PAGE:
A court in Indiana is temporarily blocking Governor Eric Holcomb's order to end federal unemployment benefits programs until a final ruling is made in a case brought by jobless workers in the state.
"Indiana should notify the U.S. Department of Labor immediately of its continued participation in the CARES Act programs pending further action by this Court," Marion Superior Court Judge John Hanley wrote on Friday.
The order comes after the state cut off benefits on June 19, affecting 236,000 unemployed workers and costing the state $1.3 billion in federal money that was allocated for the benefits.
Indiana is one of 26 states that eliminated or plan to eliminate certain expanded unemployment programs this month and early next month. The federal expiration is September 6.
The suit against the state was filed by Indiana Legal Services (ILS) and MaceySwanson Hicks & Sauer law firm earlier this month, claiming that canceling the benefits early would "cause irreparable harm to individual clients."
"These benefits have provided life-sustaining and crucial assistance to many Hoosiers during the pandemic," Jon Laramore, executive director of ILS, said in a statement this month. "The legislature passed a law creating a right to these benefits, and we’re asking Governor Holcomb to follow the law."
The challenge to Governor Eric Holcomb's decision was based on Indiana law 22-4-37-1 that requires the state to "procure all available federal insurance benefits to citizens," the organizations said in a statement.
The cut-off in benefits includes the extra $300 in weekly benefits, the Pandemic Unemployment Assistance (PUA) program for workers who don’t normally qualify for unemployment, and the Pandemic Emergency Unemployment Compensation (PEUC) program that provides extra weeks of benefits.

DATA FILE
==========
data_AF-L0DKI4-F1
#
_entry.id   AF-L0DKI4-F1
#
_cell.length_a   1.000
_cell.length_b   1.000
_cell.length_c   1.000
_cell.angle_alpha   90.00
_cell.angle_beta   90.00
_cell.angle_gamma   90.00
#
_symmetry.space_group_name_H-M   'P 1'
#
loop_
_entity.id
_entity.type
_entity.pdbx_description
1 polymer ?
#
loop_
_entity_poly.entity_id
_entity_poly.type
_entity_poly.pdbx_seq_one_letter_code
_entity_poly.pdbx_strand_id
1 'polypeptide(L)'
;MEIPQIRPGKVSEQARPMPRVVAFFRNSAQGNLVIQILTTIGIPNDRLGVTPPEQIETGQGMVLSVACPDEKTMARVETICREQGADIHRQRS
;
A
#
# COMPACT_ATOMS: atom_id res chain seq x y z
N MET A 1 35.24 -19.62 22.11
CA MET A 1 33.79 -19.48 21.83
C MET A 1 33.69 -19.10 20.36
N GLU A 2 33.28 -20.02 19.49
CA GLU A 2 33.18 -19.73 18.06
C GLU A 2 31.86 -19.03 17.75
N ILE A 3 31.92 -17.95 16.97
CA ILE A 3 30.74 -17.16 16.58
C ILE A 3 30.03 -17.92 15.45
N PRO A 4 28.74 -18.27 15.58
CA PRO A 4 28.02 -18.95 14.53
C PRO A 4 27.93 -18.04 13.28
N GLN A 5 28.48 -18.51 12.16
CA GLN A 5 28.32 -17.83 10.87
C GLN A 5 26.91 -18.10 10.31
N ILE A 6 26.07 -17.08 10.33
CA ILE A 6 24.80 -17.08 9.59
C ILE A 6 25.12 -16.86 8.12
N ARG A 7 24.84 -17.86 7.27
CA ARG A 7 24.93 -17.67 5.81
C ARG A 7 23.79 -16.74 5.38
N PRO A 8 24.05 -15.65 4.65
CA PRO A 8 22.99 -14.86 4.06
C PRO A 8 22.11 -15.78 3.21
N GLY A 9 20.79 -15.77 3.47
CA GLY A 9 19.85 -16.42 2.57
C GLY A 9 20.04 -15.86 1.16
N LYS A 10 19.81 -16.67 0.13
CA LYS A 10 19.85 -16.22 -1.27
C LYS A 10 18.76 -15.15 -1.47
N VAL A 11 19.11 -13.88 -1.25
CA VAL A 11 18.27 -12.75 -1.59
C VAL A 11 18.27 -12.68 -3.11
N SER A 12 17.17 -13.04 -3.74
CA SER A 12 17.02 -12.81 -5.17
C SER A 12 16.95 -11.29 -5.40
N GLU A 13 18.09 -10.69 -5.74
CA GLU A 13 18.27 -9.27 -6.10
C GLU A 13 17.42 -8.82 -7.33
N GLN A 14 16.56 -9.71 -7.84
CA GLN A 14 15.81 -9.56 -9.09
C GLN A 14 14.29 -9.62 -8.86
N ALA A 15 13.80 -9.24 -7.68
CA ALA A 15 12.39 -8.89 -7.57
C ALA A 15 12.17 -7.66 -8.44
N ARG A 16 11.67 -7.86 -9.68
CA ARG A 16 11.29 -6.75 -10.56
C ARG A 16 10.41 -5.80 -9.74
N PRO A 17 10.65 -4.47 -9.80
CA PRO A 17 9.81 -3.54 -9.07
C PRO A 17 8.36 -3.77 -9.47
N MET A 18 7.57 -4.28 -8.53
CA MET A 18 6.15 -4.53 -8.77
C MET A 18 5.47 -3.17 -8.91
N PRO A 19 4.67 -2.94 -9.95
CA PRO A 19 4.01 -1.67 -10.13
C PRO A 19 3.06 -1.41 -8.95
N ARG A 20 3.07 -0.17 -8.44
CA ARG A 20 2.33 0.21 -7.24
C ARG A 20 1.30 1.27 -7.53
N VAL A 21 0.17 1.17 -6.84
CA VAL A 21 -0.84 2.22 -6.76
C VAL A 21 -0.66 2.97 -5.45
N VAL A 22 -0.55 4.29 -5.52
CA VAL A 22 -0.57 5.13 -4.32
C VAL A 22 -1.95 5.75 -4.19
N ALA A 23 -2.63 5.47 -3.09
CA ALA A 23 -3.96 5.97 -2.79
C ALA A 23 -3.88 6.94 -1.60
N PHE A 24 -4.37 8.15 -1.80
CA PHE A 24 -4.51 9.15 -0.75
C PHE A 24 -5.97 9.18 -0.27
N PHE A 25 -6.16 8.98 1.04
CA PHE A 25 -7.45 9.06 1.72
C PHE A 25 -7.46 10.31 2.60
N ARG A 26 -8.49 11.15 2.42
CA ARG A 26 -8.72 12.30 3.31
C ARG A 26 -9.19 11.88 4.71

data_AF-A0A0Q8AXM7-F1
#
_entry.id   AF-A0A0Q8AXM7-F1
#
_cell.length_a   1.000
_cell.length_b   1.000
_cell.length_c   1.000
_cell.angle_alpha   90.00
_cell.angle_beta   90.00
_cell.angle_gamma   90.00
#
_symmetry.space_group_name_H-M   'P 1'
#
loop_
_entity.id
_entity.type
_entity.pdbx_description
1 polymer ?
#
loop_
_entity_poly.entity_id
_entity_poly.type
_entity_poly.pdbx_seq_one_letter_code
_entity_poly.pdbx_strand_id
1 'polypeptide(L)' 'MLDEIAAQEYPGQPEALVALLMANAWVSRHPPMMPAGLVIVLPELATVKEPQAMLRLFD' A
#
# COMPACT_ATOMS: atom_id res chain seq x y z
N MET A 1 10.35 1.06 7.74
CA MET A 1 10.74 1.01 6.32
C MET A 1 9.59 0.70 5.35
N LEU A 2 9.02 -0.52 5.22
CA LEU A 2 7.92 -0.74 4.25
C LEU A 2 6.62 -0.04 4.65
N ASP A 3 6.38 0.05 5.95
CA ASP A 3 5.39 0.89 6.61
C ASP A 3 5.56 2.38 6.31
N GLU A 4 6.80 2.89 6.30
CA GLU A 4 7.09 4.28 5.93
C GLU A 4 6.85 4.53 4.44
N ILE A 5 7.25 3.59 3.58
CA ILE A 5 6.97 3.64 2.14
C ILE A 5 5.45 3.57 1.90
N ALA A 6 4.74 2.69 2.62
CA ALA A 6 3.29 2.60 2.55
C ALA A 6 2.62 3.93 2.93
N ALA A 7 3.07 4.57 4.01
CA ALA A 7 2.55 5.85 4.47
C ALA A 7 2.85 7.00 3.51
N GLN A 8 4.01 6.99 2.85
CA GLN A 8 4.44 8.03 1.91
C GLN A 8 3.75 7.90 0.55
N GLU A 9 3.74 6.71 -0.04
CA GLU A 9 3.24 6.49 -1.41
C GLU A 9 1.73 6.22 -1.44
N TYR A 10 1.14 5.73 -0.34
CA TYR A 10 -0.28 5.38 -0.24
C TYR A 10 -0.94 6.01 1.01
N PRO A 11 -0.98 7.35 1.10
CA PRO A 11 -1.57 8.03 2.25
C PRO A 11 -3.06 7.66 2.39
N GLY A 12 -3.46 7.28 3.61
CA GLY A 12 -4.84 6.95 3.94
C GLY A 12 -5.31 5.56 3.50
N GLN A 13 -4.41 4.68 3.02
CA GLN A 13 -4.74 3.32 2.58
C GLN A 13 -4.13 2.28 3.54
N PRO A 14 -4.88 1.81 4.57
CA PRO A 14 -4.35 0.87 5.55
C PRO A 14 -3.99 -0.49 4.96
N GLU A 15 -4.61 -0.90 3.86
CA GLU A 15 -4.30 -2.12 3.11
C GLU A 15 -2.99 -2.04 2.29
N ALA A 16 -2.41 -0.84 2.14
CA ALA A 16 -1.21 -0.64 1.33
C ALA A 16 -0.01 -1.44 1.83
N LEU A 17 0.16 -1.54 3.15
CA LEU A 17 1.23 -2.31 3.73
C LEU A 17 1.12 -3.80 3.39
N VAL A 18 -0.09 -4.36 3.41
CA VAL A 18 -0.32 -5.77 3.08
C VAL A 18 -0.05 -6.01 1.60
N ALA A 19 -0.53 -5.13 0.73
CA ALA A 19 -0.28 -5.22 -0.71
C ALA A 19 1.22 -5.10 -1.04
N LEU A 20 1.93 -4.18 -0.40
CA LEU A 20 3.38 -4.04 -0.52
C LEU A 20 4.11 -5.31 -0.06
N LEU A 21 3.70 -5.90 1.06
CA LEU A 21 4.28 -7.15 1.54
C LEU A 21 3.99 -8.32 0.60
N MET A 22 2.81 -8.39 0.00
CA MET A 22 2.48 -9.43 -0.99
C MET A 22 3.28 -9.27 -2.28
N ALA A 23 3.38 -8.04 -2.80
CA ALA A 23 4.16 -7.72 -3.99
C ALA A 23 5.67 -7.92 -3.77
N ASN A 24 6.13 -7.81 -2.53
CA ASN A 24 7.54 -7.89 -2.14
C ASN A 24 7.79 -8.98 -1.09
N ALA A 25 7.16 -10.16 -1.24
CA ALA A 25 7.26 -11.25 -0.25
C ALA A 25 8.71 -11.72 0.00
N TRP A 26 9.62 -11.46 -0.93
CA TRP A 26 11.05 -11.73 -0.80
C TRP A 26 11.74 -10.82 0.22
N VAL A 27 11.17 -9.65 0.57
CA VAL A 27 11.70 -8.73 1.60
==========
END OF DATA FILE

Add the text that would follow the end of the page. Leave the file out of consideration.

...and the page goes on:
"Indiana Indiana law recognizes the importance of these benefits," the court decision read. "Indiana law requires the acceptance of these benefits."
In May, lawmakers, including Sens. Ron Wyden (D-OR) and Bernie Sanders (I-VT), urged the labor secretary to find a way to pay benefits to PUA recipients, with Sanders noting in a letter that it's a “congressionally-mandated requirement."
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In the 26 states opting out early from the programs, more than 4 million workers will see their benefits slashed by at least $1,200 a month, losing a total of $22.1 billion in potential benefits, according to estimates by the Century Foundation. Nearly 3 in 5 workers affected by the early expiration will be left with no benefits at all.
"Kudos to Judge Hanley for standing up for unemployed workers and the state’s legal mandate to keep the jobless out of severe hardship," Andrew Stettner, an unemployment insurance expert and senior fellow at the Century Foundation, told Yahoo Money.